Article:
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Flashing for Round Chimney Pipe

carloa007's picture

Two questions. What is the correct name of the flashing plate used for round metal chimney pipes at the roof intersection?


Where do you typically get them?


Looking at doing a roof for a friend. He has a wood stove that penetrates the roof with round metal chimney pipe.

(post #108616, reply #1 of 21)

Roof jack is one word I heard them called, the storm collar goes above it. Lowes or other stores usually have them. Some are specific to the brand of pipe, but not normally an issue.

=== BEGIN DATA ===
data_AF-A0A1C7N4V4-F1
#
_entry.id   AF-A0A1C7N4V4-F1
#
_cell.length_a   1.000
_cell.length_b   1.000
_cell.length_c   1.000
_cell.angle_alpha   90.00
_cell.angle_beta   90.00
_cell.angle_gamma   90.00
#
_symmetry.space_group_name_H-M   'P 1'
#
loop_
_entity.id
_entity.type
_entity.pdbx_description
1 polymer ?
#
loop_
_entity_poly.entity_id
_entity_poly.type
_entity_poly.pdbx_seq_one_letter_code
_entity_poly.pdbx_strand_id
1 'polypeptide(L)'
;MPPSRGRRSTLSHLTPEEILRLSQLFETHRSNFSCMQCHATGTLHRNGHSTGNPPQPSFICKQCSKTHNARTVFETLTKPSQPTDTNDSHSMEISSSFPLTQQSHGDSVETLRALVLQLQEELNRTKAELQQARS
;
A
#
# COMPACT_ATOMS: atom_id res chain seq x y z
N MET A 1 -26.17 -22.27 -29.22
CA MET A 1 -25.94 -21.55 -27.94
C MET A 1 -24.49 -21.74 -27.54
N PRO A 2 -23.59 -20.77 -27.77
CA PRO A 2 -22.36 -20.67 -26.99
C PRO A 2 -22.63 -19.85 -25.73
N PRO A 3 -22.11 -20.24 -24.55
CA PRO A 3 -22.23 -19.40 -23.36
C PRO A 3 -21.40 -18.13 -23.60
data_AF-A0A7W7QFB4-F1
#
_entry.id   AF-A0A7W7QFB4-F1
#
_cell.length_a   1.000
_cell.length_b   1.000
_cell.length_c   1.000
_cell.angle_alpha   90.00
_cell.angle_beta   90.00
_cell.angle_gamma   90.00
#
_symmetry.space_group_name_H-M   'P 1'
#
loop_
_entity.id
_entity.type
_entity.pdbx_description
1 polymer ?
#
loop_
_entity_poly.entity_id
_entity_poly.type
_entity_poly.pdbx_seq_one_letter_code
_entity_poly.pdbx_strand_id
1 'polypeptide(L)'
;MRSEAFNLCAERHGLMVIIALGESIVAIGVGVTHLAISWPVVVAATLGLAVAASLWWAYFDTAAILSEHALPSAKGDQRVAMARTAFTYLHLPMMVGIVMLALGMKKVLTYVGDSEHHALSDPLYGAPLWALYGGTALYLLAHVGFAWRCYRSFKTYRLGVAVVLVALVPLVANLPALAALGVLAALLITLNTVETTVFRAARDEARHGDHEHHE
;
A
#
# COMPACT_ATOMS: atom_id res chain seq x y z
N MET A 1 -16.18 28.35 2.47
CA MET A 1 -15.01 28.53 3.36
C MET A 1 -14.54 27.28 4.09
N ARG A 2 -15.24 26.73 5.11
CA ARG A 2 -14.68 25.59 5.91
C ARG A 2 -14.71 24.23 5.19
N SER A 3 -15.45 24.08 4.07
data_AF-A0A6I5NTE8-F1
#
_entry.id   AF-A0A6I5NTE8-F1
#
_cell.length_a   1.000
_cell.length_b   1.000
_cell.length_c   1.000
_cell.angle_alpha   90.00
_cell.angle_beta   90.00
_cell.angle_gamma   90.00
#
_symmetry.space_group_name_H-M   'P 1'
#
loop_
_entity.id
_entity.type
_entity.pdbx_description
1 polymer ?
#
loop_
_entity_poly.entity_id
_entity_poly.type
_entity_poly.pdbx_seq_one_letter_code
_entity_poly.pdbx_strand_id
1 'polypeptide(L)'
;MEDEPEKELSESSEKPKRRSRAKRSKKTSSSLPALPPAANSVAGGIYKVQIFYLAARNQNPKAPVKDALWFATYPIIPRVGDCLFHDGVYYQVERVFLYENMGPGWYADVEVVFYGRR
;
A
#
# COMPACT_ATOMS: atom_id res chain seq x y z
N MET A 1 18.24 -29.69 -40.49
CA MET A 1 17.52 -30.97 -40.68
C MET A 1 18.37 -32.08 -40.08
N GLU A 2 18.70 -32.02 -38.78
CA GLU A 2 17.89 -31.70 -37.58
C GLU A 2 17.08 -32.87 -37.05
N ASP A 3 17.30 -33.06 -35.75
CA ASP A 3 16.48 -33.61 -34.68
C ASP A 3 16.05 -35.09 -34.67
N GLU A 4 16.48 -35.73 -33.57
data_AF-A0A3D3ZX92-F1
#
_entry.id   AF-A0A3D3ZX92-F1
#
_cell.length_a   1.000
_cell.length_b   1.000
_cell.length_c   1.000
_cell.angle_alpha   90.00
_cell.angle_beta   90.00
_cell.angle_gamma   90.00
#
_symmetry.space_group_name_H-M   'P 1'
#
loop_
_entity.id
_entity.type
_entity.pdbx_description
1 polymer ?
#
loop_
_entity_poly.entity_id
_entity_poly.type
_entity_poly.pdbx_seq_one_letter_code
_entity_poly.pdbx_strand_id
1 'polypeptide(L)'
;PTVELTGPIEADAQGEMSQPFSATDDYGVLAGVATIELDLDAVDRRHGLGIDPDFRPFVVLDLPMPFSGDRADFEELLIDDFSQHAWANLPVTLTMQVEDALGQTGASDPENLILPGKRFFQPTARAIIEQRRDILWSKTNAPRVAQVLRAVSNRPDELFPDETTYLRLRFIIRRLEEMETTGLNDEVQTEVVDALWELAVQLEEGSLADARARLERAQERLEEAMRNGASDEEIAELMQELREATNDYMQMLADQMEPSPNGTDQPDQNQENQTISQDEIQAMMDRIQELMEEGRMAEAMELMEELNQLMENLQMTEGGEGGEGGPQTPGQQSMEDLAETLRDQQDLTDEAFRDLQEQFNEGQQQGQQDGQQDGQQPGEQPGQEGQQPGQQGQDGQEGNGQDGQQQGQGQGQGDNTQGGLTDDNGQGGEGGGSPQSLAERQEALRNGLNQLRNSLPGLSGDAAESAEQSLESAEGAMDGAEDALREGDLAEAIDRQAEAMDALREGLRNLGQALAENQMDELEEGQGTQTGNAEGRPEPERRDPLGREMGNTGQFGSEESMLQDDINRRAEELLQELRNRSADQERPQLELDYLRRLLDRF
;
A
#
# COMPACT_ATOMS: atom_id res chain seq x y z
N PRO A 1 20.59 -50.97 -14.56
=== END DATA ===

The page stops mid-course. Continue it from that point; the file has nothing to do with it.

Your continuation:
They are for "any" pitch and can be a sloppy fit/look on some installs.


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(post #108616, reply #8 of 21)

"They are for "any" pitch"

Actually there are two 'universal' type jacks. One works up to about 6/12 or 8/12, and the other is for much steeper pitches, tho I would prefer a custom one form a sheet metal shop for steeper pitches and for low slope roofs.

 

 


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(post #108616, reply #11 of 21)

>>Lowes or other stores usually have them.

Be sure it's rated for use on wood stove flues - around here the big boxes don't stock that product





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(post #108616, reply #12 of 21)

I'm in sothern ohio and both menards and lowes stock them and the pipe.


You being north i would think they did they are seasonal at lowes though.

(post #108616, reply #14 of 21)

Lowes stocks the basics here as well.

http://www.quittintime.com/